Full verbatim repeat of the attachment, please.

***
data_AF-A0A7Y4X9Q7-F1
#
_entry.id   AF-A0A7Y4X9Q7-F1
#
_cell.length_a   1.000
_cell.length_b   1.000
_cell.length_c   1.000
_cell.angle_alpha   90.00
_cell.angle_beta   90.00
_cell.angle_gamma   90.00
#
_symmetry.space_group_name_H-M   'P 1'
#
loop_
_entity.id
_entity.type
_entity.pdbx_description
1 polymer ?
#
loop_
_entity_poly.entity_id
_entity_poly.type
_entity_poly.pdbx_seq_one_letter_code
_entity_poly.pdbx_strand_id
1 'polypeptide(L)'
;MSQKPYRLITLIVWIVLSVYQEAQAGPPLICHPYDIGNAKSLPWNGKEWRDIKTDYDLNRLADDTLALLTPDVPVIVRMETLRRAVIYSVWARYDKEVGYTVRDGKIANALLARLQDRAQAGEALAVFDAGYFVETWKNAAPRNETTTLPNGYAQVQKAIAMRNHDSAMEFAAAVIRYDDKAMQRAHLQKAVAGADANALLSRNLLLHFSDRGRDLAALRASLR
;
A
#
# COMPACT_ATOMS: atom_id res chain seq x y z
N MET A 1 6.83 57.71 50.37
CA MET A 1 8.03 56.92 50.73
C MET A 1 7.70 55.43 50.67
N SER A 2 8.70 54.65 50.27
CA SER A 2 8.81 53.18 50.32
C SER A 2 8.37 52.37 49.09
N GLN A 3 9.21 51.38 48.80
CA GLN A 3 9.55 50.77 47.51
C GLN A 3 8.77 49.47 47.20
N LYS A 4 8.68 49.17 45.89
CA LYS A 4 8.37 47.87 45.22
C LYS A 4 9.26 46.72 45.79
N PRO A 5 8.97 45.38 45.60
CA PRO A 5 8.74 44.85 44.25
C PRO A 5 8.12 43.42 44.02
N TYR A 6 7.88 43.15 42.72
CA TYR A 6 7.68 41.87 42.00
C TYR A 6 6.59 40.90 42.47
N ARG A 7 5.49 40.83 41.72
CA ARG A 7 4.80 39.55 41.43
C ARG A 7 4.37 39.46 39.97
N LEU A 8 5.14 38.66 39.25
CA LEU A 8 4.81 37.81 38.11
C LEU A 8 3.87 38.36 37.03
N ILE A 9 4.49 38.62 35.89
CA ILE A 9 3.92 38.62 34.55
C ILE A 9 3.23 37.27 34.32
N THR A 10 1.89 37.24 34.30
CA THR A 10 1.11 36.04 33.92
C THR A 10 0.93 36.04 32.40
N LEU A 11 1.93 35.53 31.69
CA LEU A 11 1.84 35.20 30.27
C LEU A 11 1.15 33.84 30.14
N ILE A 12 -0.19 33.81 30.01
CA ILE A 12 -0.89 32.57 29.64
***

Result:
data_AF-A0A7Y4X9Q7-F1
#
_entry.id   AF-A0A7Y4X9Q7-F1
#
_cell.length_a   1.000
_cell.length_b   1.000
_cell.length_c   1.000
_cell.angle_alpha   90.00
_cell.angle_beta   90.00
_cell.angle_gamma   90.00
#
_symmetry.space_group_name_H-M   'P 1'
#
loop_
_entity.id
_entity.type
_entity.pdbx_description
1 polymer ?
#
loop_
_entity_poly.entity_id
_entity_poly.type
_entity_poly.pdbx_seq_one_letter_code
_entity_poly.pdbx_strand_id
1 'polypeptide(L)'
;MSQKPYRLITLIVWIVLSVYQEAQAGPPLICHPYDIGNAKSLPWNGKEWRDIKTDYDLNRLADDTLALLTPDVPVIVRMETLRRAVIYSVWARYDKEVGYTVRDGKIANALLARLQDRAQAGEALAVFDAGYFVETWKNAAPRNETTTLPNGYAQVQKAIAMRNHDSAMEFAAAVIRYDDKAMQRAHLQKAVAGADANALLSRNLLLHFSDRGRDLAALRASLR
;
A
#
# COMPACT_ATOMS: atom_id res chain seq x y z
N MET A 1 6.83 57.71 50.37
CA MET A 1 8.03 56.92 50.73
C MET A 1 7.70 55.43 50.67
N SER A 2 8.70 54.65 50.27
CA SER A 2 8.81 53.18 50.32
C SER A 2 8.37 52.37 49.09
N GLN A 3 9.21 51.38 48.80
CA GLN A 3 9.55 50.77 47.51
C GLN A 3 8.77 49.47 47.20
N LYS A 4 8.68 49.17 45.89
CA LYS A 4 8.37 47.87 45.22
C LYS A 4 9.26 46.72 45.79
N PRO A 5 8.97 45.38 45.60
CA PRO A 5 8.74 44.85 44.25
C PRO A 5 8.12 43.42 44.02
N TYR A 6 7.88 43.15 42.72
CA TYR A 6 7.68 41.87 42.00
C TYR A 6 6.59 40.90 42.47
N ARG A 7 5.49 40.83 41.72
CA ARG A 7 4.80 39.55 41.43
C ARG A 7 4.37 39.46 39.97
N LEU A 8 5.14 38.66 39.25
CA LEU A 8 4.81 37.81 38.11
C LEU A 8 3.87 38.36 37.03
N ILE A 9 4.49 38.62 35.89
CA ILE A 9 3.92 38.62 34.55
C ILE A 9 3.23 37.27 34.32
N THR A 10 1.89 37.24 34.30
CA THR A 10 1.11 36.04 33.92
C THR A 10 0.93 36.04 32.40
N LEU A 11 1.93 35.53 31.69
CA LEU A 11 1.84 35.20 30.27
C LEU A 11 1.15 33.84 30.14
N ILE A 12 -0.19 33.81 30.01
CA ILE A 12 -0.89 32.57 29.64